The church must link arms and legs in service and unity to reach out to the world.  Our calling is to be united together in our outreach.  Our evangelism cannot be based solely on the preacher or sermons given from a pulpit.  We must link together, combining our talents to rescue the lost.

The church must pass the rescued along to the shore of safety.  The image of them passing the drowning victims through the human chain back to the shore is insightful.  When someone comes to Jesus, everyone in the church should want to touch them.  Every person is needed to encourage and rally around them as they learn the Christian life.  We must show our support and give them a helping hand in their journey to heaven.

The church must be willing to risk wading out into treacherous waters to save sinking sinners.  The beachgoers who entered the water, risked their own lives to save others.  We must be willing to take risks and step out in faith in order to reach the lost.

How is your congregation doing as a human chain leading others to salvation?  Maybe more directly, how are you doing in linking arms with other Christians to rescue drowning sinners from the world?


Washington Post Article 

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Jul 09

Austin and Brooke’s PGA Junior League Golf

We are having fun playing golf this summer.  Our two oldest children, Austin and Brooke are playing in a league.  They play in matches or games that involve our team playing another team.  They pair up into two man scramble teams and take on two players from the other team.  They have done well.  I made this video with some highlights of their first four matches.



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Jul 07

Finding Your Center!

We live in a world of chaos.  Our lives are like walking through a crowded mall during Christmas.  We are surrounded by stores attractively designed to grasp our attention.  Salesmen working a kiosk booth ask for a few moments of our time to sell us what we have always needed, but never knew we wanted!  Fame, fortune, and pleasure all are doing the same things to us every day.  They promise happiness and joy, but often leave us deceived and battered.  We wander through life bouncing in-and-out of stores and listening to various salesmen!  Where is our center?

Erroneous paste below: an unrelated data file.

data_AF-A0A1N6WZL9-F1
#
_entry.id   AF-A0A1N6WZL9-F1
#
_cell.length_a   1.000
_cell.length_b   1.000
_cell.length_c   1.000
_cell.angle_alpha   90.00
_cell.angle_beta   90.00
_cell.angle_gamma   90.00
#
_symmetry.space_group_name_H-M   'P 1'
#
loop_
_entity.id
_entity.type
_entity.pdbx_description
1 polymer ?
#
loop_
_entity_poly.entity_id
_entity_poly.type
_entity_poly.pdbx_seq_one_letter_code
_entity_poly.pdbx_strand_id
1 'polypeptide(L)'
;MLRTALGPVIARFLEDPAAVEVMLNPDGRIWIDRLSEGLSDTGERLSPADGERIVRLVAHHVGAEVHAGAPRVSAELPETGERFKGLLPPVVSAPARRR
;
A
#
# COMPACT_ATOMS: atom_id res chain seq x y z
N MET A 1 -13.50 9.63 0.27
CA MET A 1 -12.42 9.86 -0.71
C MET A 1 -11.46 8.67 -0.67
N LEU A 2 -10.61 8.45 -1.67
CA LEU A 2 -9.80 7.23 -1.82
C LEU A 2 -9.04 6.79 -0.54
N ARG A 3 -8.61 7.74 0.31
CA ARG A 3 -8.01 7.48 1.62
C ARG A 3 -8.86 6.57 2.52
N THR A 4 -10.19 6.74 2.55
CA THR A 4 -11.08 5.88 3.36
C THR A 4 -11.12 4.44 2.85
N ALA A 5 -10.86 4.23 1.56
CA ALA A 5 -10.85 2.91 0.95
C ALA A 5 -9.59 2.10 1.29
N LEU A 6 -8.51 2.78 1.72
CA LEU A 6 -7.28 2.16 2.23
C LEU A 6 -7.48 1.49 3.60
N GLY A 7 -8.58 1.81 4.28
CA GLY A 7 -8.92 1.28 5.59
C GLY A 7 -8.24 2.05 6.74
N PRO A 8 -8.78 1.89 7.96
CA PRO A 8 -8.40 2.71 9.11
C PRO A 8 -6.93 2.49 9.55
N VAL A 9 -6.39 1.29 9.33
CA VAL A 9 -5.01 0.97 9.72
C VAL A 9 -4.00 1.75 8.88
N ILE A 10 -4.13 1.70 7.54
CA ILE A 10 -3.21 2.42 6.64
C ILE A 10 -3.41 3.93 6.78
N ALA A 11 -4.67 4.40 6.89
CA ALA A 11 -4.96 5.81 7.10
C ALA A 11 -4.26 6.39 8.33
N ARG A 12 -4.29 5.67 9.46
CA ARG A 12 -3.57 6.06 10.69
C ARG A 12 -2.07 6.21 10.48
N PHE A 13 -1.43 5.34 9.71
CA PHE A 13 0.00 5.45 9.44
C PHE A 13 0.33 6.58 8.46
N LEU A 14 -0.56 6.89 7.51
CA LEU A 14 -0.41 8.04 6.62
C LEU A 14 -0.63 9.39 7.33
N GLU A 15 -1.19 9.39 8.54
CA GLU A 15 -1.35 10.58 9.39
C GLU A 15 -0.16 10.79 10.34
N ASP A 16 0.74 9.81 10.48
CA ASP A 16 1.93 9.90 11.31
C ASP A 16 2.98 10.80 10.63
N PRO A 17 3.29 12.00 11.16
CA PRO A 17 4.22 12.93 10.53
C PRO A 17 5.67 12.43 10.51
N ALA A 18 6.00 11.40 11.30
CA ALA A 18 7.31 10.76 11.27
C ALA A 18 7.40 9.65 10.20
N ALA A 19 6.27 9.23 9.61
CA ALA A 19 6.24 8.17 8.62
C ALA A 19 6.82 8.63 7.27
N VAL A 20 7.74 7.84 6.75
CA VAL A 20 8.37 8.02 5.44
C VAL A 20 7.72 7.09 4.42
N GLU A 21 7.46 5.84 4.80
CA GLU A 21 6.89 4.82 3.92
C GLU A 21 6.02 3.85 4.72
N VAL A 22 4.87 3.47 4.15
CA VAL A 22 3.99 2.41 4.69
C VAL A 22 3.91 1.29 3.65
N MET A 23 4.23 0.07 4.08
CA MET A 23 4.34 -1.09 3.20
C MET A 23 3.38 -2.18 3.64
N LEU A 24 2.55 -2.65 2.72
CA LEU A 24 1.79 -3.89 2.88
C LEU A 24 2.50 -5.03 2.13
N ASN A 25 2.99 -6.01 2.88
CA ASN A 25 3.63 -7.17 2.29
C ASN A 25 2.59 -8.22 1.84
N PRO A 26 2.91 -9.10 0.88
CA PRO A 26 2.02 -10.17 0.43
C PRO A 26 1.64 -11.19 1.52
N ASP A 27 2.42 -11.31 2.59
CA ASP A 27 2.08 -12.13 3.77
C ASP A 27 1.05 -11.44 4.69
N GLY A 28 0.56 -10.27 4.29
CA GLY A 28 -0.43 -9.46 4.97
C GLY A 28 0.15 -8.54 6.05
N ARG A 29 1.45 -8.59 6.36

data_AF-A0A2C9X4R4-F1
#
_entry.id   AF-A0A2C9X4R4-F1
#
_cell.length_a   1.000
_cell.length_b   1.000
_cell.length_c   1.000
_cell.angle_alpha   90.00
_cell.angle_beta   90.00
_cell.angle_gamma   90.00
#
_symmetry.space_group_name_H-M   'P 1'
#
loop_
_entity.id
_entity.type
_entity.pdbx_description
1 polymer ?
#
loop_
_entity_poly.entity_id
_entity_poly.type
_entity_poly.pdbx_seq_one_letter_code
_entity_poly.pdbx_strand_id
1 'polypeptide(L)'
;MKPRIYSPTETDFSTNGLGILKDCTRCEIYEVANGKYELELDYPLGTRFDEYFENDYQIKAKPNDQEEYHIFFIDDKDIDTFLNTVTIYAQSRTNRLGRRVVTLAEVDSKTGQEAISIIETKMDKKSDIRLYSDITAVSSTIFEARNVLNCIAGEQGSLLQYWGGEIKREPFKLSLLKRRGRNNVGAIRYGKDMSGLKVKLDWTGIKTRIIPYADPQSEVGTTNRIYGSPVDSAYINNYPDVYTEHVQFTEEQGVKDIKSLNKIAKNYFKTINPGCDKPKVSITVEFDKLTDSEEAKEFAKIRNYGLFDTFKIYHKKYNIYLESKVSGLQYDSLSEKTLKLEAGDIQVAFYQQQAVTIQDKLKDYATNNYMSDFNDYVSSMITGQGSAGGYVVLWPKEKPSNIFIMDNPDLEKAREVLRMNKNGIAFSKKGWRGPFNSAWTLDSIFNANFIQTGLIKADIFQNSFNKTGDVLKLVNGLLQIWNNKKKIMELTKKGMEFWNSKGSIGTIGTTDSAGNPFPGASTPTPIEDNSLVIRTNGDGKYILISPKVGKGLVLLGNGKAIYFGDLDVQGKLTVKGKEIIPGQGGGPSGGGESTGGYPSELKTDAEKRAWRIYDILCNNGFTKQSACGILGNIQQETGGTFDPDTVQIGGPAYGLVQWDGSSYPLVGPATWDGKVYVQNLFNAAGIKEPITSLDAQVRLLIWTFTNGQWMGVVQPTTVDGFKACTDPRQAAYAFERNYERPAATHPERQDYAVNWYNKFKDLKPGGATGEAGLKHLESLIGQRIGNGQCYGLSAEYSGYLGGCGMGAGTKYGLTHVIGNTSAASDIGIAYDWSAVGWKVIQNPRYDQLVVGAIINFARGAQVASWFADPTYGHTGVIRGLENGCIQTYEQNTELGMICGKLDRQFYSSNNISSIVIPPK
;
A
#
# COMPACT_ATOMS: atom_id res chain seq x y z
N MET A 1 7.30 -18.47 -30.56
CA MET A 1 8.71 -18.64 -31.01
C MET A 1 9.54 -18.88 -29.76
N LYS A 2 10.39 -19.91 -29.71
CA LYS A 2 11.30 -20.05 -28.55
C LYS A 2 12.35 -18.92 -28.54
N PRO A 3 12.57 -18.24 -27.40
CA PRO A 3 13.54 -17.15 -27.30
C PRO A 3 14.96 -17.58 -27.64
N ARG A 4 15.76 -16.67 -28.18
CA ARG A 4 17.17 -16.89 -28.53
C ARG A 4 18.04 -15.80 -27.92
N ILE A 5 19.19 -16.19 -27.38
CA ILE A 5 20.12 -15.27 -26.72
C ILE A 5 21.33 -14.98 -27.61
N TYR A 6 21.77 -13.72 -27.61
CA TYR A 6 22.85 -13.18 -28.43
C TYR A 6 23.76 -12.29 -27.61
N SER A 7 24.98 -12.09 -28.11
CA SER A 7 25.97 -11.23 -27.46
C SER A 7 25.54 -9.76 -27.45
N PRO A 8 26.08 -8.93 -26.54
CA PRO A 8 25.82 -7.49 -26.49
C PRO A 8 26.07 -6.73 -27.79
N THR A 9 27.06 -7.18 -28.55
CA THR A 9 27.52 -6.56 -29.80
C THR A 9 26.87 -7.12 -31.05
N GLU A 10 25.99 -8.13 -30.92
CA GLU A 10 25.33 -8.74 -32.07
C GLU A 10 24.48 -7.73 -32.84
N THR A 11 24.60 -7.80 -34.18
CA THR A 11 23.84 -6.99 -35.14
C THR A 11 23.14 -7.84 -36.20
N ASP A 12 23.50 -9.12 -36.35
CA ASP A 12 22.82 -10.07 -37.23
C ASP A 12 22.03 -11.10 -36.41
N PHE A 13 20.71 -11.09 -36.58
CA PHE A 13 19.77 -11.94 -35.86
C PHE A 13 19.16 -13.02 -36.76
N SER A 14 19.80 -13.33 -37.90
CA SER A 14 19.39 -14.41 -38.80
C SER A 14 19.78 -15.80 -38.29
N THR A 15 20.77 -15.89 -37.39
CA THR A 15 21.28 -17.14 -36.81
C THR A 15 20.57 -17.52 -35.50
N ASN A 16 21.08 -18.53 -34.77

Jesus understands the allurements the churches are facing in Asia.  After speaking to each of them, he reminds them of the throne of God (Rev. 4-5).  God is to be on the throne of our heart as He is truly on the throne of the universe.  How do we stay connected to our center, in a world of such chaos and divergent pathways?  We worship God regularly!  Worship centers us in God.  It puts Christ on the throne and us as grateful servants.

As John pictures the throne room of God, he describes the ongoing worship of heaven.  The 24 elders and the 4 living creatures sing praise to the Creator and Eternal Being (4:8-11)!  They cast their crowns before Him (4:10).  A scroll is brought forth and its message is revealed through the power of the slain Lamb (5:1-7). Prayers of the saints ascend as incense to God (5:8).  The redeemed praise the slain Lamb through who’s blood they are ransomed (5:9).  This is worship!  This is what Christians do when we assemble.  We center our hearts and minds on the throne of God.  We join the heavenly multitude in worshiping God.  We sing, preach, pray, offer, and commune in honor of the Lamb who was slain.  Worship is not when the natural and the spiritual world compete, but when they coordinate!  

We need worship regularly to stay anchored; to stay fixed to the center.  Without worship, we do not even know our circumference!   We lose sight of the boundaries thet are good for us.  We become selfish and arrogant individual doomed to bitterness and sin.

Sunday’s coming!  Gather with God’s people to find your center!


Ideas originated with Eugene Peterson’s book Reversed Thunder – ch, 5



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Jul 02

Lewis: The Lamb Fearful of Sheep

Lewis is a six months old Barbados Blackbelly sheep on our farm.   His mother died when he was born.  We bottle-fed Lewis for the first two months of his life.  Lewis had a twin brother named Clark, who sadly died unexpectedly at about a month old.  Lewis is strong and healthy.

But he has one big problem.  He is afraid of other sheep.  He identifies with us and chicken better than the herd of sheep.  The other sheep look just like him.  They are not mean to him.  He is fixed so he offers no threat to the ram.  But he fears the other sheep.  Maybe he thinks the others are judgmental.  Maybe he believes the others have their own group and they will not accept him in it.  Maybe he doesn’t want the restrictions of being in the herd.  They play follow the leader and all act the same, maybe he wants to be different.  Maybe he feels like he is not one of them, even though he looks like them.  Maybe he just wants to be by himself.  But whatever it is, we are sure his identity is confused.  He doesn’t have a proper self-identity.  He is a sheep without a herd.  

Do you know any human sheep who act the same way toward the church?  They are fearful of the church.  They believe they will be judged.  They are rebellious of being in the herd and going along with what the church is doing.  They love their independence and just as soon be alone making their own decisions.